The North Carolina




Visitor Center

Welcome to the North Carolina Visitor Center

From the mountains to the coast and all points in between

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Our I-95 South Welcome Center
will have their Tourism Day on May 12, 2017 from 10:00 am until 2:00 pm.  We will have Native Dancers, drumming/singing, Herman and Loretta Oxendine, representatives from the counties on I-95 CVB’s and VB’s, our Piedmont area and our Coastal area….all will be here to thank our travelers for visiting North to everyone.

Kat Littleturtle

Manager, Welcome Center I-95

North Carolina Department of Commerce


May 13, 2017

Started in 1988, the Carthage Buggy Festival is a celebration of the rich history of Carthage, North Carolina.  The Buggy Festival is held each year to commemorate the famous Tyson and Jones Buggy Factory that, from the mid-1800’s to the 1920’s, produced the carriages that were essential to life in rural North Carolina.  The festival is held in Carthage, located eight miles north of Pinehurst in the Sandhills region of North Carolina.  With an attendance last year of approximately 20,000, the Buggy Festival has grown into one of the biggest and best known festivals in the region.  The festival was selected as one of Southeast Tourism Society's Top 20 events for the month of May 2013.

The Buggy Festival grew out of a suggestion that Carthage, the County Seat of Moore County, needed to stage an event that would draw attention to its history.  Since the Tyson and Jones Buggy Factory had been one of the largest buggy manufacturers in the nation for over half a century, the focus on buggies seemed natural.  But you couldn’t have a buggy festival without a buggy, so where to find them became a burning question.

A search began and soon samples of those early modes of transportation were found and purchased.  Each festival since has seen more Tyson and Jones buggies on hand for festival attendees to view.

There is only one building remaining of the famed factory that flourished in Carthage until after World War I.  A fire destroyed one building in 1905, and in 1976 the biggest fire in the town’s history claimed all but one small section.  The town now owns the building and is working on raising money to restore the historic site.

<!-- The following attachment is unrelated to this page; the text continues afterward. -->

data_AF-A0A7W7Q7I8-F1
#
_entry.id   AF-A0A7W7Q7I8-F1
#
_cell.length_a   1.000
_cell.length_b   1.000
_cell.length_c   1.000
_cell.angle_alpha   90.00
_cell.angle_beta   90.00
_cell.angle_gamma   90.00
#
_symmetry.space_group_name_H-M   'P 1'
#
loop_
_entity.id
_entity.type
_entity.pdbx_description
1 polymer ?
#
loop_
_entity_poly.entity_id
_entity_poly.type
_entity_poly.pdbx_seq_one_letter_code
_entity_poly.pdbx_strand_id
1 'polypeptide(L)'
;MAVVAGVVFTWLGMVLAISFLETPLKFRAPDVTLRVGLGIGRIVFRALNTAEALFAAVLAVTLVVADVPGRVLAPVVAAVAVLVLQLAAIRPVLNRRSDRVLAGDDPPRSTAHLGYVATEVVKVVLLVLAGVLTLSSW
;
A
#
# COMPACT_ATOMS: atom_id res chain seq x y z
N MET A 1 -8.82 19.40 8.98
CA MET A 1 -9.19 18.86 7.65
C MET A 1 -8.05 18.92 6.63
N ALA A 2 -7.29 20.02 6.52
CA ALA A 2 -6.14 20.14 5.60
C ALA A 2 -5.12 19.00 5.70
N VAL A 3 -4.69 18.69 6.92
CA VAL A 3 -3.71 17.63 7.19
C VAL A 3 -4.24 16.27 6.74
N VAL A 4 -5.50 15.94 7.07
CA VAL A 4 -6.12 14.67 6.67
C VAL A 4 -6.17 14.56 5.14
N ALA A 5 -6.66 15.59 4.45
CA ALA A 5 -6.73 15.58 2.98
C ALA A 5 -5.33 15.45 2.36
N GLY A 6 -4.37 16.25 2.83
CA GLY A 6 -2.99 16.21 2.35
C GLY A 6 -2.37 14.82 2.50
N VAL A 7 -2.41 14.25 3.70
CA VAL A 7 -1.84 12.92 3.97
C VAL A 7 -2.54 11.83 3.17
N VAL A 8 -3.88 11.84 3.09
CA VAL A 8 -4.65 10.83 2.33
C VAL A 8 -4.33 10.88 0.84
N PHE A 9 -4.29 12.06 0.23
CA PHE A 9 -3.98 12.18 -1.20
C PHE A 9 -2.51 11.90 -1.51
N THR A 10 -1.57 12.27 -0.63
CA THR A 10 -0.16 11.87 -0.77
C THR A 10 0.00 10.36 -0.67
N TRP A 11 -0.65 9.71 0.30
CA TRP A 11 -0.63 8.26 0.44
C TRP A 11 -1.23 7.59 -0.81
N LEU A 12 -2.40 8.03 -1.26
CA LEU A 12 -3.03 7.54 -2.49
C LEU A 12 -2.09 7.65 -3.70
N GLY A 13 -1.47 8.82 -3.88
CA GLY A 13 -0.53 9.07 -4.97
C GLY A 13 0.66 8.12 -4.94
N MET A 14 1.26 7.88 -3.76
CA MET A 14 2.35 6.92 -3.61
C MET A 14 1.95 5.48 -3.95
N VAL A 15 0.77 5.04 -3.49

The Tyson and Jones Factory may have gone up in smoke, but from the ashes, its memory has been preserved.  Each year, the Carthage Buggy Festival is an event people not only from Moore County, but surrounding counties and even surrounding states, look forward to with great anticipation.

The festival is held on the Saturday before Mother’s Day every year and over 125 food and craft vendors line the streets of downtown Carthage surrounding the Historic Courthouse, tempting festival attendees.  A stage is set up and will be host to entertainment from 9:00 a.m. – 4:00 p.m.

Read More


Wesley Pines Retirement Community is celebrating their 40 year anniversary of service!  Join the area’s only Continuing Care Retirement Community in celebrating this momentous occasion at Shaggin’ Under the Pines on Friday, May 19th from 7 to 9 p.m.  Refreshments will be served and music will be provided by the Goldrush Band.  To learn more about this event please contact Amy Hammond at 910-272-3006 or email her at


The N.C. Peach Festival is a testament to the peach growing history of Montgomery County. We have a strong generational connection to the peach industry dating back over 100 years. It all began in the late 1800's when "Mr. H.R. Clark of Aberdeen, along with J.G. Tomlinson, A.W.E. Capel, and J.R. Page (prominent Montgomery County citizens), formed the Candor Fruit Company. An organization that was the first of its kind and would support peach growing on a commercial scale. In 1902, Mr. Clark purchased acreage below Candor and set out 30,000 young peach trees to start the first commercial peach orchard. From that point on, the peach industry thrived in the Candor and Sandhills region of North Carolina." - From the book "Pattern of Timeless Moments" A History of Montgomery County, by Mable S. Lassiter.

Join us for the 21st annual N.C. Peach Festival proudly held every year on the 3rd Saturday in July, downtown Candor, NC. The parade begins at 10:00 a.m. with a wonderful showing of local floats, firetrucks, and other fun parade entrants. Afterwards, stroll down to Fitzgerald Park where the rest of the festivities are located. Bring your lawn chairs, sit back, relax, and enjoy the best live entertainment around. There are always lots of fresh, sweet, local peaches, arts & crafts, and of course, the best homemade peach ice cream in the Great State of North Carolina!